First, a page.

Having Ukraine as a de facto “ally” should make Washington increasingly uneasy. The United States has portrayed that country as a peaceful Western democracy striving to defend its territory and independence from an allegedly rapacious Russia. In his April 2 telephone call to Ukraine’s president, Volodymyr Zelenskyy, President Biden “affirmed the United States’ unwavering support for Ukraine’s sovereignty and territorial integrity in the face of Russia’s ongoing aggression in the Donbas and Crimea. He emphasized his administration’s commitment to revitalize our strategic partnership in support of President Zelenskyy’s plan to tackle corruption and implement a reform agenda based on our shared democratic values that delivers justice, security, and prosperity to the people of Ukraine.”
The key assumptions undergirding U.S. policy toward Ukraine are faulty. Burgeoning authoritarianism rather than a commitment to democracy marks Kiev’s internal governance, and the country’s foreign policy is alarmingly bellicose toward its much larger, more powerful neighbor. Ukraine is both an unworthy and dangerous partner for the United States.
Zelenskyy’s government not only has perpetuated the pervasive corruption that has plagued Ukraine since independence, but it is also intensifying policies that undermine basic civil liberties. Zelenskyy and his supporters contend that restrictive measures are needed to thwart Russia’s subversion efforts, but targets now include classical liberal factions that have no plausible connection to the Kremlin. U.S. leaders face the prospect of backing a thinly disguised autocracy rather than a democratic government.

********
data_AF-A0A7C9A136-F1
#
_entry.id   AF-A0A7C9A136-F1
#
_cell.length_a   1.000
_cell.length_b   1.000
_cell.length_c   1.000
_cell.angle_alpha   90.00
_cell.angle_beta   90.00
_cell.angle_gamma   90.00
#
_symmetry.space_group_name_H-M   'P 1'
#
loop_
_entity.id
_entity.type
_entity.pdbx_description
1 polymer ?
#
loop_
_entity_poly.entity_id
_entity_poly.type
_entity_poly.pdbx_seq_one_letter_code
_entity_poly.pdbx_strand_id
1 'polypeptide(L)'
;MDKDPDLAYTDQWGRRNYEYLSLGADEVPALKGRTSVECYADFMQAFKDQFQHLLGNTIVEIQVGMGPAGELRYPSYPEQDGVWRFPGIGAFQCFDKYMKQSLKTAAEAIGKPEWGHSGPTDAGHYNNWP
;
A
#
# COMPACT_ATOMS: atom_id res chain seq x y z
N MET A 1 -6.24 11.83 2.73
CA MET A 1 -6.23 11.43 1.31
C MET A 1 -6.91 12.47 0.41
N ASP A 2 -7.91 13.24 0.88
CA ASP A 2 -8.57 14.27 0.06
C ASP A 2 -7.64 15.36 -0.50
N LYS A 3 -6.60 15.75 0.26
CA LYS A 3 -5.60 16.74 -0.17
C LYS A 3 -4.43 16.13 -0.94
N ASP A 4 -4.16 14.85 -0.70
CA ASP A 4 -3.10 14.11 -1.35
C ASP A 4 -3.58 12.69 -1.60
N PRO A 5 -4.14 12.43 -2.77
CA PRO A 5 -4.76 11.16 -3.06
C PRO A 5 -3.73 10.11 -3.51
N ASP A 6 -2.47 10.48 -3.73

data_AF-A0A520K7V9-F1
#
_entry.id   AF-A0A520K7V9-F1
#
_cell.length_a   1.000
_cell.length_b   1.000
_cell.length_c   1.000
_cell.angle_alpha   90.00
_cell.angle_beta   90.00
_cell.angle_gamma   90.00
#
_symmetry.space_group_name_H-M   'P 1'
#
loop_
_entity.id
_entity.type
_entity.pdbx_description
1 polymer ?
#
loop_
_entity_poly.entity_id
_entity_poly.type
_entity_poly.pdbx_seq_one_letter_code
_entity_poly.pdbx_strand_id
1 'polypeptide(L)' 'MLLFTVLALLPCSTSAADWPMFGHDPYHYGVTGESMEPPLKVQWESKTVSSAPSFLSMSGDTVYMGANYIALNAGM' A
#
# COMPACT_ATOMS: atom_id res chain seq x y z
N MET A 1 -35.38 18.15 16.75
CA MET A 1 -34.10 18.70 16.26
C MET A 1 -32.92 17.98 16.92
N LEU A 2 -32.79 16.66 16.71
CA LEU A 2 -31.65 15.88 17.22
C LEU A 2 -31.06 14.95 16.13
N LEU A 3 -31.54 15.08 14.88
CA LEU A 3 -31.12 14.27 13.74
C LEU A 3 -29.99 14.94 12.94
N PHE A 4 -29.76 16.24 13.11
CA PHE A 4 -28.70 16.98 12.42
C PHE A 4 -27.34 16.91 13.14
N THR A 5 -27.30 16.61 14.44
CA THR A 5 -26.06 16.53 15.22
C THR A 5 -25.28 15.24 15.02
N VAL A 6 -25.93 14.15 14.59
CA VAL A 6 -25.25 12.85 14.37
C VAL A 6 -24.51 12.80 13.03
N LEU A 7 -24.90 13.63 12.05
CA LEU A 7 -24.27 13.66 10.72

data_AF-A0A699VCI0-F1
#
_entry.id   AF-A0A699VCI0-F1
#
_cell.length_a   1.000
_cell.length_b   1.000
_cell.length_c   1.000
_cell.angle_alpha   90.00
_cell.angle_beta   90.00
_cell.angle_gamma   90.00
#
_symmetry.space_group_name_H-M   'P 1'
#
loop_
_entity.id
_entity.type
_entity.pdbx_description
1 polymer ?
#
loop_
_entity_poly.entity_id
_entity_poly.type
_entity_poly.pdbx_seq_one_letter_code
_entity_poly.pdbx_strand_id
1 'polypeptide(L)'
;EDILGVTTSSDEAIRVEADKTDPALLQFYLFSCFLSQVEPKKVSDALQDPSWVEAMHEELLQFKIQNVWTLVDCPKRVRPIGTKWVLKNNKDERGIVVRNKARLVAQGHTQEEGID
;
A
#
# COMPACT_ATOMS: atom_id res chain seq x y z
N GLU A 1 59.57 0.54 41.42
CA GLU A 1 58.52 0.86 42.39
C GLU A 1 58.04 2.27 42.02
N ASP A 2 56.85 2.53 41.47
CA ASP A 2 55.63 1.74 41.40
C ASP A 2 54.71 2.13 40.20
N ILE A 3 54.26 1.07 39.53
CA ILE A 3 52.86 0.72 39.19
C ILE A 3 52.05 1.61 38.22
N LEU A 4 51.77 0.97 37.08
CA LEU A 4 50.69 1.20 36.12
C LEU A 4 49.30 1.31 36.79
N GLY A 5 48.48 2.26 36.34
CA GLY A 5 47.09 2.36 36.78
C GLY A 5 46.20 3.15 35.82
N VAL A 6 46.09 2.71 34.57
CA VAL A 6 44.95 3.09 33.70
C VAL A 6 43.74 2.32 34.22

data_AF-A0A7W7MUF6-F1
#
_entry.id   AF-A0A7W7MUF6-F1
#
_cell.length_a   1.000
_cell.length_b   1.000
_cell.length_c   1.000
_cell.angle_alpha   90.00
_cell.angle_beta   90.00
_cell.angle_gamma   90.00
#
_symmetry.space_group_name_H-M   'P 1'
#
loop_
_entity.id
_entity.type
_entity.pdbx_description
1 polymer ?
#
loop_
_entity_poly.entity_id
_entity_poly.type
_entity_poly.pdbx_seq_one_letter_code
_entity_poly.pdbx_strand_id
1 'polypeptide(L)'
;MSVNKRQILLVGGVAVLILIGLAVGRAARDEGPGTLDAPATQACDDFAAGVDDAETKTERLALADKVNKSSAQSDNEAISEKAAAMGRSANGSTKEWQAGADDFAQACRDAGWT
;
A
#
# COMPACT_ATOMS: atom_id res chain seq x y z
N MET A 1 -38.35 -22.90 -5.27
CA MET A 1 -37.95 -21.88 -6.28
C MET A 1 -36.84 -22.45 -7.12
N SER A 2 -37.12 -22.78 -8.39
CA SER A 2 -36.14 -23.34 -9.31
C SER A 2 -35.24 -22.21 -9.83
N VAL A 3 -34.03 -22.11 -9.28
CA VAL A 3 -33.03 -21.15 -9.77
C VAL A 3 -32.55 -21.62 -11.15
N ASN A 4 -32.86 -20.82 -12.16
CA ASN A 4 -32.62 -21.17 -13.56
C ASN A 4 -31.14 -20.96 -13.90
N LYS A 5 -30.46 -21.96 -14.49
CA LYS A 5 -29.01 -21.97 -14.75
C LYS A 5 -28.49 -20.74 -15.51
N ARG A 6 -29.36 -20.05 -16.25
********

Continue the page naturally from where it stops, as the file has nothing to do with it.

Although Ukraine’s domestic trends are troubling, far more worrisome is the leadership’s jingoistic rhetoric and policy positions regarding Kiev’s relations with Moscow. That development should be more than a matter of academic concern for the United States. Even though Ukraine is not a member of NATO, and Congress never has been asked to approve any agreement (much less a formal treaty requiring a two-thirds vote of the Senate) by treating Kiev as an official U.S. ally, American officials clearly regard the country as an important political and security partner. The Trump and Biden administrations have approved multiple arms sales to Kiev, U.S. personnel have trained Ukrainian troops, and U.S. forces (along with units from other NATO countries) have conducted joint military exercises (war games), with their Ukrainian counterparts on several occasions. In short, U.S. leaders treat Ukraine as a full-fledged, albeit de facto, ally)
However, Kiev is not really an ally; it is a weak U.S. security dependent that has markedly hostile relations with Russia. But Ukraine’s leaders are not deterred by their country’s military limitations. In late August, Ukraine held its first military parade in several years, celebrating the 30th anniversary of its independence, and declared that it would reclaim both Crimea, which Russia annexed in 2014, and territories in the eastern Donbas region that are under the control of Kremlin-backed separatists. The country’s official defense strategy document adopted in March explicitly includes those goals.